3. KENTUCKY MAKES THE DEEPEST TOURNAMENT RUN OF ANYONE IN THE LEAGUE: I still think that the Wildcats have a ways to go before they reach their ceiling, especially on the defensive end of the floor. But I also think that their ceiling is higher than the ceiling of anyone else in the conference. If – when – they get their, they have the horses to make a run to the Final Four in a year where everyone outside of Villanova and Michigan State has some pretty significant flaws.

Big 12 conference reset: Kansas even stronger after Final Four?

Photo by Streeter Lecka/Getty Images
Leave a comment

The NBA Draft’s Early Entry Deadline has come and gone, and there are a dozen or so truly impactful decisions that are left to be made.

Just about every elite recruit has decided where they will be playing their college ball next season.

The coaching carousel has come to a close.

The transfer market is slowly winding down.

In other words, by now, we have a pretty good feel for what college basketball is going to look like during the 2018-19 season.

With that in mind, let’s take a look at what has happened — and what will happen — in the Big 12 over the next six months.

KEY OFFSEASON STORYLINES

THE KANSAS MACHINE: Bill Self had what many considered his worst Kansas team and what the Kansas coach himself admitted was his unlikeliest Big 12 champions – the Jayhawks won not only their 14th-consecutive conference title but advanced all the way to the Final Four. There’s simply little else in this world you can count on more consistently than KU being the best the Big 12 has to offer.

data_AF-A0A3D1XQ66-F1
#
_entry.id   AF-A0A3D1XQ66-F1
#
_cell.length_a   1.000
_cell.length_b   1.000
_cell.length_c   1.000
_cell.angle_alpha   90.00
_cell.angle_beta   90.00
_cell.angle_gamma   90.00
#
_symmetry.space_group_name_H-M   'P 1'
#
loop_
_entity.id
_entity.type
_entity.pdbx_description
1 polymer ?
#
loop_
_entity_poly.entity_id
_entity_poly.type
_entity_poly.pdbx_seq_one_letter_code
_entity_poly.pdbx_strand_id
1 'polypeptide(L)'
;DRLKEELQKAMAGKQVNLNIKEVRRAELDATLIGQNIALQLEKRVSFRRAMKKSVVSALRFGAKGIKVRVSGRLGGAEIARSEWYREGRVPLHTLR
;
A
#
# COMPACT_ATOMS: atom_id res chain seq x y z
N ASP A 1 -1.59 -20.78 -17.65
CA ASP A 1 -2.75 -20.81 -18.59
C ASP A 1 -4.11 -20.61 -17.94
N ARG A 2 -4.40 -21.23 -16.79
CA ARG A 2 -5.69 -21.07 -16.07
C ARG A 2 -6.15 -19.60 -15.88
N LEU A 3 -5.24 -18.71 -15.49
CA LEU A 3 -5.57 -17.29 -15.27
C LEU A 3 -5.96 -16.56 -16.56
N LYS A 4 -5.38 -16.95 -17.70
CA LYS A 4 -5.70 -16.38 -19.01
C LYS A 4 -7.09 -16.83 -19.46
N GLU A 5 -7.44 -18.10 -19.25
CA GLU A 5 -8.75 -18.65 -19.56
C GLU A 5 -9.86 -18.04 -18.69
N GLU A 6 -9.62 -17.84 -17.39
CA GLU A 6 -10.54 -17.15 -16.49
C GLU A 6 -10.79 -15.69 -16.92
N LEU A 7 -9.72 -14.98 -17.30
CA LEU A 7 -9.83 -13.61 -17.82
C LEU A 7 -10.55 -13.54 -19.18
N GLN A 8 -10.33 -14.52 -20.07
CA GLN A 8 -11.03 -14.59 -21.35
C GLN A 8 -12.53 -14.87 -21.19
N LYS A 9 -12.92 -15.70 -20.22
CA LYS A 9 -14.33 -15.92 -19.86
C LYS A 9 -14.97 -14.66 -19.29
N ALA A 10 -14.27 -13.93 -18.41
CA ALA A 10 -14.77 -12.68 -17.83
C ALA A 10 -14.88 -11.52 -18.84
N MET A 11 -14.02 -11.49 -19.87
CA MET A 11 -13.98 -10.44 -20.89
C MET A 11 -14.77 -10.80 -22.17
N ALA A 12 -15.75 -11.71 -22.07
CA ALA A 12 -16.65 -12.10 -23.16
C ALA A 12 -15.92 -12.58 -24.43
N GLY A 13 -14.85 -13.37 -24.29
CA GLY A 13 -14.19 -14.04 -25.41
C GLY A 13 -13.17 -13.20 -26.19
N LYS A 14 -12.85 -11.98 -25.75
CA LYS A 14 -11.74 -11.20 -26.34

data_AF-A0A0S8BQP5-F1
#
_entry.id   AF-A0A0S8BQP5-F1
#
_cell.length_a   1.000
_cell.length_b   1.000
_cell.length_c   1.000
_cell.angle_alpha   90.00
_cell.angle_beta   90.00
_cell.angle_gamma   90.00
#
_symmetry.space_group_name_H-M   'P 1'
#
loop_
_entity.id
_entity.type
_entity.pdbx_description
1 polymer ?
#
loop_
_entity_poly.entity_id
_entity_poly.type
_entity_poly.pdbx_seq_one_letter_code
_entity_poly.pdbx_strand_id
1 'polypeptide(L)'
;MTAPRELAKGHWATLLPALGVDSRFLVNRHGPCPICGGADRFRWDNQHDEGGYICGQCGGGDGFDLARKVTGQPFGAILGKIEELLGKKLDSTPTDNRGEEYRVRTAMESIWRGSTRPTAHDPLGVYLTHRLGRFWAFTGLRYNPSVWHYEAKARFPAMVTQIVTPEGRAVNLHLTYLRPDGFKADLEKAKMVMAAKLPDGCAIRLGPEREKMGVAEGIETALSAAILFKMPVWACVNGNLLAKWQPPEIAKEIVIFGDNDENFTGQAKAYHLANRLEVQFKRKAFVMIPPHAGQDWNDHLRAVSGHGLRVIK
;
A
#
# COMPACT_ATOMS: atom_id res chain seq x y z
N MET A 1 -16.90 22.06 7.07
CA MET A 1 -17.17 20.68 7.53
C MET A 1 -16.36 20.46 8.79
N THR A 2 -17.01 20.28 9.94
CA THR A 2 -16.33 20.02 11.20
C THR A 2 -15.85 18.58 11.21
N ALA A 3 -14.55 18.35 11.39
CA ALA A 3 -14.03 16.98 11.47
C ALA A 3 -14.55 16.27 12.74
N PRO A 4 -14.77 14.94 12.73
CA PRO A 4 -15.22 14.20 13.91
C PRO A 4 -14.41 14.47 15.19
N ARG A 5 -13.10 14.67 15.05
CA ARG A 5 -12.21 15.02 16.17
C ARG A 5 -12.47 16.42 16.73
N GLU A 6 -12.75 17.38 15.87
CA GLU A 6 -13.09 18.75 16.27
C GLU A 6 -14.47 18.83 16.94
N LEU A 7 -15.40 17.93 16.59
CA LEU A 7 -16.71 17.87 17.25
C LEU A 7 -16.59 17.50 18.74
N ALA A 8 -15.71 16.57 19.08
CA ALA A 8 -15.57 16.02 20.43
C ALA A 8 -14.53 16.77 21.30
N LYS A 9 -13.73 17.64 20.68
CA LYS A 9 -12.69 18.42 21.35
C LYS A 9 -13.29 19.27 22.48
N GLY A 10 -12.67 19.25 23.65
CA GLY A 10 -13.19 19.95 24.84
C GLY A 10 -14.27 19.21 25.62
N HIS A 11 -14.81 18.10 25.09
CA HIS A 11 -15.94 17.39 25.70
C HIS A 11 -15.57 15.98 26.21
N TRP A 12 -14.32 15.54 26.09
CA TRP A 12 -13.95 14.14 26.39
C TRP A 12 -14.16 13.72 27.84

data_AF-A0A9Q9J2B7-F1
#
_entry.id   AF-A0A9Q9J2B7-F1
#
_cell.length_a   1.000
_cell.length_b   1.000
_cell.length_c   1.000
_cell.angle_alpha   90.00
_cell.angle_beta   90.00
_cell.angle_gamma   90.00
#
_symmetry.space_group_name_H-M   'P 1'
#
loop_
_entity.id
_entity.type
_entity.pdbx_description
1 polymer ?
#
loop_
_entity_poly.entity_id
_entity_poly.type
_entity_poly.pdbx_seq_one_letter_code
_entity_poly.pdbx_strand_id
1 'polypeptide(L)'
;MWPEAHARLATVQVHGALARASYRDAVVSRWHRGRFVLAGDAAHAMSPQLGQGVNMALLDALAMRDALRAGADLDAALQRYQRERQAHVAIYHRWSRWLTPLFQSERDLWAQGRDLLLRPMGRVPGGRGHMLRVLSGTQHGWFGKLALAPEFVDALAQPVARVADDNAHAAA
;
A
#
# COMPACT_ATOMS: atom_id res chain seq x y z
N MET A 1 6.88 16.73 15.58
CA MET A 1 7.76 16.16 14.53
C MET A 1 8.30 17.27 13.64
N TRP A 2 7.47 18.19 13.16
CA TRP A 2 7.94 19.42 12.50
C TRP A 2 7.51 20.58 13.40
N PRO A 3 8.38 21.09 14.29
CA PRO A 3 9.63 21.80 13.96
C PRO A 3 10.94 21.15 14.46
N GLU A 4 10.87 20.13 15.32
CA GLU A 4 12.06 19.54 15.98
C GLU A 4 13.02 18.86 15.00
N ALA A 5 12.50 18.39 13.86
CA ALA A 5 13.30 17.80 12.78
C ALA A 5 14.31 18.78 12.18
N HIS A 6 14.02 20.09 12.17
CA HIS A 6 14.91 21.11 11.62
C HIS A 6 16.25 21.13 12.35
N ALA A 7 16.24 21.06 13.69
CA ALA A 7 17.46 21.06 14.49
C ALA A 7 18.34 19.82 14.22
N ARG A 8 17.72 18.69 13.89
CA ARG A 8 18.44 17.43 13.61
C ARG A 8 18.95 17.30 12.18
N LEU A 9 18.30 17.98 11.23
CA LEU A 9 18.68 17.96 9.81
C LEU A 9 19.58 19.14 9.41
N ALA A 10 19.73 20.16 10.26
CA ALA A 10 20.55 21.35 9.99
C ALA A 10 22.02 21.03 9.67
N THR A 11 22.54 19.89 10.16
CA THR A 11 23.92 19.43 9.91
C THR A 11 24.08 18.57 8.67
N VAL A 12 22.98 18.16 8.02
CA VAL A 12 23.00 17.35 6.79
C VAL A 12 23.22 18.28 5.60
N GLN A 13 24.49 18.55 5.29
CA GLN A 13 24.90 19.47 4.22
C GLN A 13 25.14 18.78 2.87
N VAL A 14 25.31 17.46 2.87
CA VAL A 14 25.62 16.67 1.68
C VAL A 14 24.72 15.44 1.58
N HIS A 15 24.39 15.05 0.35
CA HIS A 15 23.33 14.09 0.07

And the Jayhawks may be even better this year. Sure, they lose a sizable chunk of the core that propelled them to San Antonio last season, but one of the reasons the Jayhawks were so vulnerable last year – depth and versatility – is what will make them formidable this year with the best transfer class in the country becoming eligible. Which isn’t even to mention another top recruiting haul. Kansas is a machine – something of a mix between a watch and a wrecking ball.

(David Purdy/Getty Images)

LOOMING DECISIONS: There may be little drama surrounding who is the team to beat heading into the upcoming season, there remains some intrigue as spring turns to summer. Most NBA decisions have been made, but there are some that could swing the balance of power at different spots across the league hierarchy.